I have always been a hopeless tinkerer—a weekend warrior—so from the time our daughters were very young, they were my helpers. Over the years, my girls came alongside. And they became very good at it. Working together became fun together. One of the things they would tell you today about their help with my projects was their work as “go-fors” . . . “gophers” in the vernacular. While I was standing on a step ladder or neatly tucked under the bathroom sink, it was such a luxury to have them retrieve just the right tool for me. Early in their lives, they learned how to identify a pipe wrench, a caulking gun, a framing square, a chalk line, or a cat’s paw. I taught them that even though you can use a hammer to drive a screw, it’s always best to use a screwdriver—the right, custom-made tool for the job.
In John 4, Jesus had an interesting encounter with a woman drawing water from a well. As their conversation unfolded, Jesus helped this woman to understand that her problem was a sensual one; she was a veteran of five husbands and was living with a man to whom she wasn’t married. “Sensual” would have been the understatement of the day.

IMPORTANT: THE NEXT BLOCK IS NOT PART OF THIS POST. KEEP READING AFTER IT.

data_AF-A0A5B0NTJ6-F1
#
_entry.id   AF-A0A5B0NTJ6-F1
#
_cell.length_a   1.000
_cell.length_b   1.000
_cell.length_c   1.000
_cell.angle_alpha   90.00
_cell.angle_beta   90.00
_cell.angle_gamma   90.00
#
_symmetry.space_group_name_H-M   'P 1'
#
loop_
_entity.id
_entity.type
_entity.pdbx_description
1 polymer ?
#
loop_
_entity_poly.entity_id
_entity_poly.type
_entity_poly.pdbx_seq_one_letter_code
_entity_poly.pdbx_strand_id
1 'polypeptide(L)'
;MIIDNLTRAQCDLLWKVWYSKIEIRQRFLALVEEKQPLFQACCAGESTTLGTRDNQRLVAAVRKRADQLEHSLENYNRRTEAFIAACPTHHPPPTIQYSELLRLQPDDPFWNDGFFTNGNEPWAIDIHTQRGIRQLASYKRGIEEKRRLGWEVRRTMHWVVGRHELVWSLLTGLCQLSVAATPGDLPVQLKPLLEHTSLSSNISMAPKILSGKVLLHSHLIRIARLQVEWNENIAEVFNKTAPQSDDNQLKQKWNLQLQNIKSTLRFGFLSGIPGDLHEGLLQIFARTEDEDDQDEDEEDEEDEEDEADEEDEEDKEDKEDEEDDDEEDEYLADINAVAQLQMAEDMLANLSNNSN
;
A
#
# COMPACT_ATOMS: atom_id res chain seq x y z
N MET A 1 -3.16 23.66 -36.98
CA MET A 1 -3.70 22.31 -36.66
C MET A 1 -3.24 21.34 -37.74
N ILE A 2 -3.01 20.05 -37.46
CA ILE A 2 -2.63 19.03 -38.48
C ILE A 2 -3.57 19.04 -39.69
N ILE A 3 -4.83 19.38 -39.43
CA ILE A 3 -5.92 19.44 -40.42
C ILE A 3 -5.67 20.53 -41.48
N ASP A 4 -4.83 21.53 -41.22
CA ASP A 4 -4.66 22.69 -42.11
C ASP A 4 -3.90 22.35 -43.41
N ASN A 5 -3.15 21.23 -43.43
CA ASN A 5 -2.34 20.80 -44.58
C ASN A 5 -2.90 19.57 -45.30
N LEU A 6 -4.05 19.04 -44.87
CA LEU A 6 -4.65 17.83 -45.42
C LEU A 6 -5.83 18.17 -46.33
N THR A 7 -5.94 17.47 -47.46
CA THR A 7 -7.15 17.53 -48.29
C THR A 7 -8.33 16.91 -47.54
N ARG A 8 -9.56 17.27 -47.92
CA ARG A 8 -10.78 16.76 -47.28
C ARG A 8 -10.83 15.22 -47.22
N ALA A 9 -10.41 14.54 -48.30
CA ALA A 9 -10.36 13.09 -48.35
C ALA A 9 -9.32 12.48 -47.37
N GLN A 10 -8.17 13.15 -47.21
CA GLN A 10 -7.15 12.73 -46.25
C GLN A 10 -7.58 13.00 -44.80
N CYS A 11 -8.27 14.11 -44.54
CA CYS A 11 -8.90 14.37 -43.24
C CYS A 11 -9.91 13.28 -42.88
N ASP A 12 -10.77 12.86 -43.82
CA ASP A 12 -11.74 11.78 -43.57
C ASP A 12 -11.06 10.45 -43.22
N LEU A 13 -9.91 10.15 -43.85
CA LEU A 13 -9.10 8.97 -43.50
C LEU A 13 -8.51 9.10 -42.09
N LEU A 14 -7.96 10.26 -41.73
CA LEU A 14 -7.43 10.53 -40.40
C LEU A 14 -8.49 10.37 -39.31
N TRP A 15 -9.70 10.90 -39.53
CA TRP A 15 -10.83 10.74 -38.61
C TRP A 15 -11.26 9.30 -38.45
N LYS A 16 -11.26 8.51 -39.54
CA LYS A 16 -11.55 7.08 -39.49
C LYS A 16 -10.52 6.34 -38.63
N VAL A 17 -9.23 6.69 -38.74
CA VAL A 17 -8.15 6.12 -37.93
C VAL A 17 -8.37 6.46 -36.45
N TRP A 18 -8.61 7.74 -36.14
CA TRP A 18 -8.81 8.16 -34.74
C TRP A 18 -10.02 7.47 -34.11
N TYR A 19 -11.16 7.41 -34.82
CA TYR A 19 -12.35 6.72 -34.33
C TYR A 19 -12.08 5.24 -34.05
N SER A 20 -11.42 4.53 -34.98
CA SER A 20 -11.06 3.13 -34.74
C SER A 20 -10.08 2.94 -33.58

So when Jesus offered this woman hope in a package she’d understand. He offered her “living water” to permanently quench her thirst for sensuous passion. He used just the right words, the right understanding . . . the right “tool” for the job.
In the chapter before this story, Jesus was engaged in a late-night conversation with a Pharisee named Nicodemus. Here was a man who was proud of his lineage and heritage—to the point of vanity. Jesus told this man that he needed to be “born again.” Here was another custom-made solution to fit a specific need.
When the rich man came to Jesus looking for another arrow for his bulging quiver of spirituality, Jesus told him to sell everything and follow him. He didn’t offer the man living water or tell him that he needed to be born again; Jesus custom-fit his recommendation to the man’s particular compulsion.
Now, I have a question for you. If Jesus were to join you for lunch today, and if He were to custom-make His presentation of hope and salvation to you, what would He say? What would He propose? . . . friendship for your loneliness, hope for your sagging heart, clean thoughts for your tortured brain, rest for your exhaustion, order for the chaos, or comfort for your fear?
Whatever it is for you, God is already ready to make you an offer. He knows exactly what you needed yesterday . . . what you need today . . . and what you’ll need tomorrow. God always uses just the right tool for the job.
The offer of His salvation is custom-made. For you and for me.